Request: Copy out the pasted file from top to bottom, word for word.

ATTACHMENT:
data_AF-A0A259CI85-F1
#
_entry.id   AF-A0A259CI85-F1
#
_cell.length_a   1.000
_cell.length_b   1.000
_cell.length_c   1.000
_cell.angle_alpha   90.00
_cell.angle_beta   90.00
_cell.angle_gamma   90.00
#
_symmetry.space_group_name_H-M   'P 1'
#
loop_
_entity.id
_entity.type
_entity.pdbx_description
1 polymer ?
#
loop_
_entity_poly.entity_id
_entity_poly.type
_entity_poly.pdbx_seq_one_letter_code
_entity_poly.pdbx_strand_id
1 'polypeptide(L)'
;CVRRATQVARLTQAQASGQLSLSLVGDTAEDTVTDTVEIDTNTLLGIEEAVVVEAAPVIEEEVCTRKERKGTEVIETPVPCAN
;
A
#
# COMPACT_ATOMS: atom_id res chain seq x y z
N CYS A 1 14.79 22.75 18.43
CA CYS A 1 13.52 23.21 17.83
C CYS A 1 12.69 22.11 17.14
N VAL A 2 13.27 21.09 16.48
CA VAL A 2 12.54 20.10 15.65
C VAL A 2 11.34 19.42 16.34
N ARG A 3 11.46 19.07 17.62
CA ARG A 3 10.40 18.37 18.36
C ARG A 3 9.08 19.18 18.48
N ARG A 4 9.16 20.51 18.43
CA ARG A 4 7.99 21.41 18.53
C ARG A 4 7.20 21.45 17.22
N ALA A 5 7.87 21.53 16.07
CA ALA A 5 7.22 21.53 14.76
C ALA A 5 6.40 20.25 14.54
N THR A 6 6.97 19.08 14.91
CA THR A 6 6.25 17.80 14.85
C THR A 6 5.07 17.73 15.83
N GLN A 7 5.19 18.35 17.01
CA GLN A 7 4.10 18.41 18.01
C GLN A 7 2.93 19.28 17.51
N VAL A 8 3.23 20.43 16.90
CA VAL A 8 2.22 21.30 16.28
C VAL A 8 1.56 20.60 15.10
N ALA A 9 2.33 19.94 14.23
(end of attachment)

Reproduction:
data_AF-A0A259CI85-F1
#
_entry.id   AF-A0A259CI85-F1
#
_cell.length_a   1.000
_cell.length_b   1.000
_cell.length_c   1.000
_cell.angle_alpha   90.00
_cell.angle_beta   90.00
_cell.angle_gamma   90.00
#
_symmetry.space_group_name_H-M   'P 1'
#
loop_
_entity.id
_entity.type
_entity.pdbx_description
1 polymer ?
#
loop_
_entity_poly.entity_id
_entity_poly.type
_entity_poly.pdbx_seq_one_letter_code
_entity_poly.pdbx_strand_id
1 'polypeptide(L)'
;CVRRATQVARLTQAQASGQLSLSLVGDTAEDTVTDTVEIDTNTLLGIEEAVVVEAAPVIEEEVCTRKERKGTEVIETPVPCAN
;
A
#
# COMPACT_ATOMS: atom_id res chain seq x y z
N CYS A 1 14.79 22.75 18.43
CA CYS A 1 13.52 23.21 17.83
C CYS A 1 12.69 22.11 17.14
N VAL A 2 13.27 21.09 16.48
CA VAL A 2 12.54 20.10 15.65
C VAL A 2 11.34 19.42 16.34
N ARG A 3 11.46 19.07 17.62
CA ARG A 3 10.40 18.37 18.36
C ARG A 3 9.08 19.18 18.48
N ARG A 4 9.16 20.51 18.43
CA ARG A 4 7.99 21.41 18.53
C ARG A 4 7.20 21.45 17.22
N ALA A 5 7.87 21.53 16.07
CA ALA A 5 7.22 21.53 14.76
C ALA A 5 6.40 20.25 14.54
N THR A 6 6.97 19.08 14.91
CA THR A 6 6.25 17.80 14.85
C THR A 6 5.07 17.73 15.83
N GLN A 7 5.19 18.35 17.01
CA GLN A 7 4.10 18.41 18.01
C GLN A 7 2.93 19.28 17.51
N VAL A 8 3.23 20.43 16.90
CA VAL A 8 2.22 21.30 16.28
C VAL A 8 1.56 20.60 15.10
N ALA A 9 2.33 19.94 14.23